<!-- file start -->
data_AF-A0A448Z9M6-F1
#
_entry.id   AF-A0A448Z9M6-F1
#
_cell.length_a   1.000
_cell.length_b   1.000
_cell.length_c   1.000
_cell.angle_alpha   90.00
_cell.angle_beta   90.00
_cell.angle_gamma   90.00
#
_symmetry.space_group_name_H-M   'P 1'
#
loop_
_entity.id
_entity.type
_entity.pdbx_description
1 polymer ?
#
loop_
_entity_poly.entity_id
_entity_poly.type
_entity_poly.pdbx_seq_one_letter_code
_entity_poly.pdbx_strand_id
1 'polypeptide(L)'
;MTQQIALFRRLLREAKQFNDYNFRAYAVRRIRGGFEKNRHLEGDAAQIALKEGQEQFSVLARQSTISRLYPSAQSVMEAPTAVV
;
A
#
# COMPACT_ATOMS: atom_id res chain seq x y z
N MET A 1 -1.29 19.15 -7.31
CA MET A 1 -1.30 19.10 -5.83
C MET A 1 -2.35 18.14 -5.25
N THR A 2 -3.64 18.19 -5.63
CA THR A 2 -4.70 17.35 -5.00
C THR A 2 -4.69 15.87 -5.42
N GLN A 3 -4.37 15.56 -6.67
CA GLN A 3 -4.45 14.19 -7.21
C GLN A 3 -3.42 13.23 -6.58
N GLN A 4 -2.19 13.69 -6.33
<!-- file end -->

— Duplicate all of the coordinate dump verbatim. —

data_AF-A0A448Z9M6-F1
#
_entry.id   AF-A0A448Z9M6-F1
#
_cell.length_a   1.000
_cell.length_b   1.000
_cell.length_c   1.000
_cell.angle_alpha   90.00
_cell.angle_beta   90.00
_cell.angle_gamma   90.00
#
_symmetry.space_group_name_H-M   'P 1'
#
loop_
_entity.id
_entity.type
_entity.pdbx_description
1 polymer ?
#
loop_
_entity_poly.entity_id
_entity_poly.type
_entity_poly.pdbx_seq_one_letter_code
_entity_poly.pdbx_strand_id
1 'polypeptide(L)'
;MTQQIALFRRLLREAKQFNDYNFRAYAVRRIRGGFEKNRHLEGDAAQIALKEGQEQFSVLARQSTISRLYPSAQSVMEAPTAVV
;
A
#
# COMPACT_ATOMS: atom_id res chain seq x y z
N MET A 1 -1.29 19.15 -7.31
CA MET A 1 -1.30 19.10 -5.83
C MET A 1 -2.35 18.14 -5.25
N THR A 2 -3.64 18.19 -5.63
CA THR A 2 -4.70 17.35 -5.00
C THR A 2 -4.69 15.87 -5.42
N GLN A 3 -4.37 15.56 -6.67
CA GLN A 3 -4.45 14.19 -7.21
C GLN A 3 -3.42 13.23 -6.58
N GLN A 4 -2.19 13.69 -6.33